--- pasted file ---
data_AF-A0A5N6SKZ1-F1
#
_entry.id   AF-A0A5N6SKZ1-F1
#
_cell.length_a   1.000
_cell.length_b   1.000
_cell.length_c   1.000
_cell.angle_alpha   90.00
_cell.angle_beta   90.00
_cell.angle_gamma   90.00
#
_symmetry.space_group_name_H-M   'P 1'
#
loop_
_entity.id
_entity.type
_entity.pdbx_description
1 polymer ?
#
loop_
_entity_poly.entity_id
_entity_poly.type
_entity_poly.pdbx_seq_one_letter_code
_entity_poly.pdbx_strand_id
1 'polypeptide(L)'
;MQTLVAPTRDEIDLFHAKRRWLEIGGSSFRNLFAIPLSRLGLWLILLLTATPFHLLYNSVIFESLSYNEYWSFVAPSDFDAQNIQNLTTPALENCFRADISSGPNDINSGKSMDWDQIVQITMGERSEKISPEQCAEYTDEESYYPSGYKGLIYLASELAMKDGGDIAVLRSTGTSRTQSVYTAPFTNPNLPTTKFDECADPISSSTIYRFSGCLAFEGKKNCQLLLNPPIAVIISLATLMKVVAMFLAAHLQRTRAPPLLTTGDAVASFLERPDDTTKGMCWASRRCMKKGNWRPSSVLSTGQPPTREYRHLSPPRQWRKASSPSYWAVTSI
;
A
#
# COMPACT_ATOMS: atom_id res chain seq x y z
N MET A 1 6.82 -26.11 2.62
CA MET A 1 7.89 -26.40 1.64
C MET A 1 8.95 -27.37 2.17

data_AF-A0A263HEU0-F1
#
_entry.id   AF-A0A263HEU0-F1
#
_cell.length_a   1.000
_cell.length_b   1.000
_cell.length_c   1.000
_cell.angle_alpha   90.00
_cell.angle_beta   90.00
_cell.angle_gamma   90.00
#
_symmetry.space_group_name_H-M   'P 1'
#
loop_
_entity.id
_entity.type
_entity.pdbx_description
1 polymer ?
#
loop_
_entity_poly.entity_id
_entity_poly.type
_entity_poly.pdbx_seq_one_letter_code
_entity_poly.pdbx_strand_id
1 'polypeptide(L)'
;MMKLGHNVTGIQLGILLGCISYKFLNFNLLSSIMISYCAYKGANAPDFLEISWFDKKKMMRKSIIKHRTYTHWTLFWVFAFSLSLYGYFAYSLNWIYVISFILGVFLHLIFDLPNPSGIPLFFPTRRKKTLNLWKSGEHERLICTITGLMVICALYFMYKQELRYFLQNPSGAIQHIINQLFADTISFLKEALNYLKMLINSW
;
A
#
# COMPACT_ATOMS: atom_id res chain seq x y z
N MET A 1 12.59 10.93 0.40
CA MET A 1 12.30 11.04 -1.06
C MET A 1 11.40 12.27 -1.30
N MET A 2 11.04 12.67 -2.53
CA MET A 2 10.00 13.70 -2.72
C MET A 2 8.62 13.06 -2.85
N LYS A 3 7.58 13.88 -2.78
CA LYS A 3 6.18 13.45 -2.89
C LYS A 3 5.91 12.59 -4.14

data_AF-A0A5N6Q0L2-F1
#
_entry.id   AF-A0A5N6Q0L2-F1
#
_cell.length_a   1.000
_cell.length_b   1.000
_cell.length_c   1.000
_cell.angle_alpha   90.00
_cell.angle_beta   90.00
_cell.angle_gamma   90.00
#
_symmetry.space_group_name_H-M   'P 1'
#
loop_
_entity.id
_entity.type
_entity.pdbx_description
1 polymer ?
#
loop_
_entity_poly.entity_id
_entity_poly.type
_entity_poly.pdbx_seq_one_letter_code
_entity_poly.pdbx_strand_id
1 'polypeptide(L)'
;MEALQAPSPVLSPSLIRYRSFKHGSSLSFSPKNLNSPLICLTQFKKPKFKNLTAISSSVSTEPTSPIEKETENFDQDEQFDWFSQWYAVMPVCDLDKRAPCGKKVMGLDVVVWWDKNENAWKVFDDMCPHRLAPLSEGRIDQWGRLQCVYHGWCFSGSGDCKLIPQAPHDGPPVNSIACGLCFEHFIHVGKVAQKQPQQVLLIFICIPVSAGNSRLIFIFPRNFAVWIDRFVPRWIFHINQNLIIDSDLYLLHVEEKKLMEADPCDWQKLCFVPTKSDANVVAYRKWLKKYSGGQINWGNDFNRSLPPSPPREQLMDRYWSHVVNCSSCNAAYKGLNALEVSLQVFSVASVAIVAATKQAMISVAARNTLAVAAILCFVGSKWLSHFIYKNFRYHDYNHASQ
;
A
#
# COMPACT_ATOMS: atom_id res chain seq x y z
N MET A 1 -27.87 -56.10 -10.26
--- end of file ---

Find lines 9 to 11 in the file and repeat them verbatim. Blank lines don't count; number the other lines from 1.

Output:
_cell.angle_beta   90.00
_cell.angle_gamma   90.00
#